Imagine the brainchild of a popup camper and a car camping tent, then set it 6 feet above the ground and make it portable; the resulting contraption is a rooftop camping tent. Our favorite rooftop tents are feature-heavy and bring many luxuries to your camping experience that you may otherwise leave at home. Because they sit perched on top of your vehicle, they are more portable than their traditional counterparts, and because weight is less of an issue, rooftop tents can offer more homey touches and luxurious components than regular camping tents. After the initial installation, they can be (but are not always) easier and faster to set up for the night. They include cushy memory foam mattresses, and some models offer additional gear storage and interior lighting options. They come in hardshell and softshell varieties, and configurations, square footage, and components differ from model to model.

However, these tents mount semi-permanently to the roof of your car or truck and can only go as far as your vehicle can take them. They are very heavy, and you must have a specific rack system on your vehicle that properly distributes the tent's weight and the people and items that will be inside during use. It is also important to remember that you must climb on and around your vehicle to install, set up, convert, and use these tents. They may not be ideal for those with disabilities, small children, large pets, or those who feel unsafe climbing a ladder for any reason. They can be pretty expensive, and you will want to seriously consider the pros and cons of this type of camping tent before making a purchase. Despite all this, a rooftop tent can feel like your home away from home and is a great option for those who like to tackle long, gnarly 4x4 trails and spend their nights in comfort.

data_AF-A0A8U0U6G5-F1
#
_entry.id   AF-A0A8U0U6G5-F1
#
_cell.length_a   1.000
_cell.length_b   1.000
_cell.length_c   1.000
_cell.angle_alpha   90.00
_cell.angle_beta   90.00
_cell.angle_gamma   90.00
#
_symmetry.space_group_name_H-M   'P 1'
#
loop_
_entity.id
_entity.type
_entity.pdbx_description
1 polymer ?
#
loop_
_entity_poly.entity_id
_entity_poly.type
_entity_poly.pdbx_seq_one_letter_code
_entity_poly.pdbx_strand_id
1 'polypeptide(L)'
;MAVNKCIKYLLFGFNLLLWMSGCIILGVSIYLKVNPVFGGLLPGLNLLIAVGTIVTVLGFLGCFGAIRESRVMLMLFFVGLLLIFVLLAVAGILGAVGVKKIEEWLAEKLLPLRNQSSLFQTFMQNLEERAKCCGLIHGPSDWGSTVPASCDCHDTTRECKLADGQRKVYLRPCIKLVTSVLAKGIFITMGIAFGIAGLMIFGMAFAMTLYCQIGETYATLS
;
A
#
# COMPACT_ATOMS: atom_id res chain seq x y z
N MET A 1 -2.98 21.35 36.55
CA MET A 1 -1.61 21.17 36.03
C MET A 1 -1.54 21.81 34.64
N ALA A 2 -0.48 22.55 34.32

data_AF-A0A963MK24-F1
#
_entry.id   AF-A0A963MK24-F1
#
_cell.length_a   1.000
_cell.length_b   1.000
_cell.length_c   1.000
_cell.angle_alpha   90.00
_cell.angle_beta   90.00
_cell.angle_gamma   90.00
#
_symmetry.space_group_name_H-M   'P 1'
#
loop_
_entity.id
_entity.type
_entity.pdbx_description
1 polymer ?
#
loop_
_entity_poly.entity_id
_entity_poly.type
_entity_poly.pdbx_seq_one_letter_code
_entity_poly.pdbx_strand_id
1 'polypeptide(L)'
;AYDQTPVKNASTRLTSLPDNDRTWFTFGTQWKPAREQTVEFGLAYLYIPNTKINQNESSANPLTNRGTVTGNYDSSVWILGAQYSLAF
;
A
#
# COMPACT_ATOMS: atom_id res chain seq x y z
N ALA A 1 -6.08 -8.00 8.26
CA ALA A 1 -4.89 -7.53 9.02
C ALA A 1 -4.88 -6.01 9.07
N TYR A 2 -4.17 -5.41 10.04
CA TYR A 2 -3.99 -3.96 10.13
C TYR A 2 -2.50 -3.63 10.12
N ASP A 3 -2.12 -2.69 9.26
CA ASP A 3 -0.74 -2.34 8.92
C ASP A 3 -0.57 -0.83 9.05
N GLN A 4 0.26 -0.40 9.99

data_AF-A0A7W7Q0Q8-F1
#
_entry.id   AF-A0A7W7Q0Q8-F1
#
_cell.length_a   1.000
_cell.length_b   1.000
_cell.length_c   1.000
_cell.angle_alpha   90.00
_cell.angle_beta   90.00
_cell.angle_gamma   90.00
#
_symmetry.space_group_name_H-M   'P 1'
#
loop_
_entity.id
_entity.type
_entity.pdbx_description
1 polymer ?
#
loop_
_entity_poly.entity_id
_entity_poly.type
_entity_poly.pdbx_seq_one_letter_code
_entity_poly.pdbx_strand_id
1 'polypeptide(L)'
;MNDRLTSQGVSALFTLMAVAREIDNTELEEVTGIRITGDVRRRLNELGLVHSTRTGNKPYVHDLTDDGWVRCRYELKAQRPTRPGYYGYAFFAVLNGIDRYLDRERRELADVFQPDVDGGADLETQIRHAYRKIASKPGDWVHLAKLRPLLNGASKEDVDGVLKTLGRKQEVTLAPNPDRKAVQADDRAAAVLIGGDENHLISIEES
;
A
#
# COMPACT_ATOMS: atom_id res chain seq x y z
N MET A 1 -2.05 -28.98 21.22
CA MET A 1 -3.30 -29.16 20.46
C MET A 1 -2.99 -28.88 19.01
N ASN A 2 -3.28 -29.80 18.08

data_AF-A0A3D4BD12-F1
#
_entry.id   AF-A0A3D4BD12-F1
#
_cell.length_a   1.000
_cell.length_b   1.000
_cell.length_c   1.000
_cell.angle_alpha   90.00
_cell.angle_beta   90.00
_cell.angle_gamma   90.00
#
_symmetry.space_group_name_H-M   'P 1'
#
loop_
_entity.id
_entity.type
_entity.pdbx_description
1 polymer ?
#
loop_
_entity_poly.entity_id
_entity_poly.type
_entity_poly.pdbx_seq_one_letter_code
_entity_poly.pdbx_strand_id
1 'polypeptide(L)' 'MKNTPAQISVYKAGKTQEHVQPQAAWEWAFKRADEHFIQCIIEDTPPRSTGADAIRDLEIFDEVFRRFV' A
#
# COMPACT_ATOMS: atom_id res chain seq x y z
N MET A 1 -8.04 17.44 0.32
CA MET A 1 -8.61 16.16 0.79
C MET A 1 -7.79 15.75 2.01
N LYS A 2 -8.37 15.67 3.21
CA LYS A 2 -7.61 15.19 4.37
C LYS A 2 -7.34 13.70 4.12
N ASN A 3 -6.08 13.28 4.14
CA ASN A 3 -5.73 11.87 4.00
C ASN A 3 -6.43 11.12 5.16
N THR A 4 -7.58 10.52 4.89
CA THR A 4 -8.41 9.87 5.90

tent - while not strong enough for trips to places like denali, aconcagua...
While not strong enough for trips to places like Denali, Aconcagua or Antarctica; we found this model perfect for summertime mountaineering trips and multiday ski tours in places like the Cascades, Sierra, Tetons, or the Canadian Rockies.
Credit: Ian Nicholson

Four Season Tents

If you don't like to let the weather hold you back, all you need is one of the warmest sleeping bags and a a sturdy 4-season tent. As advertised, these tents can technically be used any time of year, but they are often geared towards cold weather camping. More robust materials and fewer ventilation options make them better suited to rugged, windy, and snowy conditions than fair-weather camping. This description may bring to mind typical winter weather, but 4-season tents are also great for shoulder season camping at high altitudes (above treeline) or in the extreme north or south. These tents vary in their sturdiness and measured weight, so it is essential to closely examine the specs and capabilities of each model before choosing one for your adventure of choice. You can get a double-walled 5-pole model that provides more space, warmth, and wind resistance for expeditions into extreme alpine environments. Alternatively, a single-walled 2-pole bivy-style tent is a good choice for fast and light travel but is better suited to milder weather. There are many options that combine different features depending on how you would like to prioritize weight savings and camp comfort.

tent - this ultralight tent is appropriate for two campers who don't mind...
This ultralight tent is appropriate for two campers who don't mind sleeping really, really close to each other.
Credit: Ben Applebaum-Bauch

Ultralight Shelters